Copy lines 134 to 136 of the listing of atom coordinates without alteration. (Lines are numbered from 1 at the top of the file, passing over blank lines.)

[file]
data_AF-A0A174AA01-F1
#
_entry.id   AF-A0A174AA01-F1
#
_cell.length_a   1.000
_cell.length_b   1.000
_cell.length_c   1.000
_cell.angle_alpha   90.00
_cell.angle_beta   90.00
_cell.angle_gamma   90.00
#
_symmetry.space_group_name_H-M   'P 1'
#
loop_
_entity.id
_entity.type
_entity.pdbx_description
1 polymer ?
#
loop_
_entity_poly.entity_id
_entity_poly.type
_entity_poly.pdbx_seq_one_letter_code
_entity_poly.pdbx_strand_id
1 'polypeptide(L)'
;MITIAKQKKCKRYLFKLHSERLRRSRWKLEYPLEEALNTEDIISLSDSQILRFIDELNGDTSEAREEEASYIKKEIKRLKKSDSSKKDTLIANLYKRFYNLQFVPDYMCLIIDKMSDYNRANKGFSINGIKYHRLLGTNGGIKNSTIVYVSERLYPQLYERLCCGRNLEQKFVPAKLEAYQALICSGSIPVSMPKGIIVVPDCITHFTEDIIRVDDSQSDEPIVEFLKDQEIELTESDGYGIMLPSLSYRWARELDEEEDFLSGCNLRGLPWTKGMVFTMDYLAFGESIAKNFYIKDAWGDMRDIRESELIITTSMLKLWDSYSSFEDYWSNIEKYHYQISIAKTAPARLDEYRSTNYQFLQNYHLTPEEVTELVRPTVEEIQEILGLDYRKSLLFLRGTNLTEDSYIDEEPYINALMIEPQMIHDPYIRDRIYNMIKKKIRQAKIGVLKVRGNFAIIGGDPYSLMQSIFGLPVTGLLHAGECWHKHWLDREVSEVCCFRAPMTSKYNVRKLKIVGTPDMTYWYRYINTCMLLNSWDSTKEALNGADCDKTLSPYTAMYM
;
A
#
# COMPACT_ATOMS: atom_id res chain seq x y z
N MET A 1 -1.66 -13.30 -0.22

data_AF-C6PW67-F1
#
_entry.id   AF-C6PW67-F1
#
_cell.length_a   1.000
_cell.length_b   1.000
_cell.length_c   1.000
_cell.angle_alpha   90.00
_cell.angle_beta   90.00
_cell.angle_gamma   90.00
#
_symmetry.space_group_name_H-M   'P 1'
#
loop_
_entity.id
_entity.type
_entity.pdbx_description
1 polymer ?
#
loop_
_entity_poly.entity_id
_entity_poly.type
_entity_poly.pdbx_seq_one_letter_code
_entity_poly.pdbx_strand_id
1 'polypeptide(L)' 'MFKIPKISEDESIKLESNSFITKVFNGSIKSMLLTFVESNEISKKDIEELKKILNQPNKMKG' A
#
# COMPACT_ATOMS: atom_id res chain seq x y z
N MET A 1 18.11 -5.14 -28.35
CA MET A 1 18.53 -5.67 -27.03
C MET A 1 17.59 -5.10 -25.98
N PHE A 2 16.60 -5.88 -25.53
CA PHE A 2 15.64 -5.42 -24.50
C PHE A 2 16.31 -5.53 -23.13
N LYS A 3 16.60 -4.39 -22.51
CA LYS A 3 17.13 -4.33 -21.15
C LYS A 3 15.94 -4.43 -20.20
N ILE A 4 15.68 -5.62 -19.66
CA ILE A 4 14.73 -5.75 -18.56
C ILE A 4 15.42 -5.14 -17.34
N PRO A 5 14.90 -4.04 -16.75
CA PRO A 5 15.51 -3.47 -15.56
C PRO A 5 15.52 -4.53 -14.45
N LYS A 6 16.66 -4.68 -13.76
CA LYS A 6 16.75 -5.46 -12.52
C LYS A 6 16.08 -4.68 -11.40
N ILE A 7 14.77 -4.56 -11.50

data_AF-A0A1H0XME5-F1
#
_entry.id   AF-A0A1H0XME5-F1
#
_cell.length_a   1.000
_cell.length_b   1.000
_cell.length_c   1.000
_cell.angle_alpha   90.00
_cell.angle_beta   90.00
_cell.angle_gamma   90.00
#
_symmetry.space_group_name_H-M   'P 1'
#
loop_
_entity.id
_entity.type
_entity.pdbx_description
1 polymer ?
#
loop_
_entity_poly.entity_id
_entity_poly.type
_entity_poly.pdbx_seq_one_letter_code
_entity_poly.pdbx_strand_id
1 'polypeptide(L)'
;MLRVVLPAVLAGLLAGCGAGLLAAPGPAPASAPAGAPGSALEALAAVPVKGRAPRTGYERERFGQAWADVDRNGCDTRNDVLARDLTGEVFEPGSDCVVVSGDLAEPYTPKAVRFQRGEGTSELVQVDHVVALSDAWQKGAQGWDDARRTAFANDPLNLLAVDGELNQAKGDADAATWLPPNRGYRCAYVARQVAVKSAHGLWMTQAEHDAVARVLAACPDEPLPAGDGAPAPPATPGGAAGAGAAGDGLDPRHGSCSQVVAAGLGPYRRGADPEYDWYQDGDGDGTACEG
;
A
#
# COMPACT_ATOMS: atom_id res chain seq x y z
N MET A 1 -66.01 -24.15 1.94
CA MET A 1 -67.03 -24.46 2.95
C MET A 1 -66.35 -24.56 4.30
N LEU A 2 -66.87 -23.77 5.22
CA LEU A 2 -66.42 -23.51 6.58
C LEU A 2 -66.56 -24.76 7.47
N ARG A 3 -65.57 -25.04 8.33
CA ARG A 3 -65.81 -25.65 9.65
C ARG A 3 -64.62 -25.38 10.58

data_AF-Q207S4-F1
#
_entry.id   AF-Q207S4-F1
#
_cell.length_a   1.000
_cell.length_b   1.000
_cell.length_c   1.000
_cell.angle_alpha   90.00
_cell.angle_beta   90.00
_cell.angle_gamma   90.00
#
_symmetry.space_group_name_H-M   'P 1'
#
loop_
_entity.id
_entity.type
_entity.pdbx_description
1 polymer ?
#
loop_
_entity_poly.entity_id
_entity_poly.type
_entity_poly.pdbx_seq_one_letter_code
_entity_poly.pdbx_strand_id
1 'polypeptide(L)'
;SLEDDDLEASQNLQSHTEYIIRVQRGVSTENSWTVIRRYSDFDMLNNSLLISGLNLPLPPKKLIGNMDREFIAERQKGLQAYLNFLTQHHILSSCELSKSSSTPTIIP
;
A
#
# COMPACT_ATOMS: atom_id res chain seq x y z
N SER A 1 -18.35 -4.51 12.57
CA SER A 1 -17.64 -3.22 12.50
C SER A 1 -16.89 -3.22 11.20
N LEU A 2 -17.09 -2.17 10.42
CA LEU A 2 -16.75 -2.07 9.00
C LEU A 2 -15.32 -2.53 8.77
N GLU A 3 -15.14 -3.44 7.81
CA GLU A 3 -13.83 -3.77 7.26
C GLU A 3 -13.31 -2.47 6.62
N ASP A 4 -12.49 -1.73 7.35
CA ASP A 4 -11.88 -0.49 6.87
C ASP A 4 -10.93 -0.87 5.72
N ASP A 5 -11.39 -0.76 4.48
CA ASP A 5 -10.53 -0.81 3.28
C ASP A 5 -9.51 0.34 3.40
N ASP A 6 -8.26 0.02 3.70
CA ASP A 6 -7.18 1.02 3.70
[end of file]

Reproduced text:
1 polymer ?
#
loop_